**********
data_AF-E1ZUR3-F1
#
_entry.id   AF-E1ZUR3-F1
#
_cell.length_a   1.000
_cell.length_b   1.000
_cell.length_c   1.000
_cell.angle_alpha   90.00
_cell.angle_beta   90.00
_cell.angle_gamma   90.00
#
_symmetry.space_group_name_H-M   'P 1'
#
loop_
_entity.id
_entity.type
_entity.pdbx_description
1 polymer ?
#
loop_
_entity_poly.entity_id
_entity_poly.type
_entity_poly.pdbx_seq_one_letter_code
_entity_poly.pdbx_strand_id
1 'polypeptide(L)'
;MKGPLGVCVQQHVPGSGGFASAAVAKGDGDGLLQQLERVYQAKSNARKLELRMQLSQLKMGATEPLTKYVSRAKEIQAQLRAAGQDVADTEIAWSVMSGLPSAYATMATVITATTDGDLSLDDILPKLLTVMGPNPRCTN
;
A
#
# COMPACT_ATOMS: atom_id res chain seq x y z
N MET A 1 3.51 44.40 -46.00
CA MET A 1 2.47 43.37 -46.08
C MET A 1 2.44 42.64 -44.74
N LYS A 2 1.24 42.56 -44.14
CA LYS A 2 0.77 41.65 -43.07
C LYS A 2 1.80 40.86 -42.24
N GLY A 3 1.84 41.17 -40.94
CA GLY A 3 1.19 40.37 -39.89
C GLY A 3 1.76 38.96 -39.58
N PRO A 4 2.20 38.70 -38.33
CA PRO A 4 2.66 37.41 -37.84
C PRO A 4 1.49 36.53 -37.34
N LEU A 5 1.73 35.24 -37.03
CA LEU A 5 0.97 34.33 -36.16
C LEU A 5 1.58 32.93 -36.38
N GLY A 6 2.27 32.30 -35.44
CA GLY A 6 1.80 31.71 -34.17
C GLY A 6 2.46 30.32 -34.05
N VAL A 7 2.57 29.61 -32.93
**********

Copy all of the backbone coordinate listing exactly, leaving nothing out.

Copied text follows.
data_AF-E1ZUR3-F1
#
_entry.id   AF-E1ZUR3-F1
#
_cell.length_a   1.000
_cell.length_b   1.000
_cell.length_c   1.000
_cell.angle_alpha   90.00
_cell.angle_beta   90.00
_cell.angle_gamma   90.00
#
_symmetry.space_group_name_H-M   'P 1'
#
loop_
_entity.id
_entity.type
_entity.pdbx_description
1 polymer ?
#
loop_
_entity_poly.entity_id
_entity_poly.type
_entity_poly.pdbx_seq_one_letter_code
_entity_poly.pdbx_strand_id
1 'polypeptide(L)'
;MKGPLGVCVQQHVPGSGGFASAAVAKGDGDGLLQQLERVYQAKSNARKLELRMQLSQLKMGATEPLTKYVSRAKEIQAQLRAAGQDVADTEIAWSVMSGLPSAYATMATVITATTDGDLSLDDILPKLLTVMGPNPRCTN
;
A
#
# COMPACT_ATOMS: atom_id res chain seq x y z
N MET A 1 3.51 44.40 -46.00
CA MET A 1 2.47 43.37 -46.08
C MET A 1 2.44 42.64 -44.74
N LYS A 2 1.24 42.56 -44.14
CA LYS A 2 0.77 41.65 -43.07
C LYS A 2 1.80 40.86 -42.24
N GLY A 3 1.84 41.17 -40.94
CA GLY A 3 1.19 40.37 -39.89
C GLY A 3 1.76 38.96 -39.58
N PRO A 4 2.20 38.70 -38.33
CA PRO A 4 2.66 37.41 -37.84
C PRO A 4 1.49 36.53 -37.34
N LEU A 5 1.73 35.24 -37.03
CA LEU A 5 0.97 34.33 -36.16
C LEU A 5 1.58 32.93 -36.38
N GLY A 6 2.27 32.30 -35.44
CA GLY A 6 1.80 31.71 -34.17
C GLY A 6 2.46 30.32 -34.05
N VAL A 7 2.57 29.61 -32.93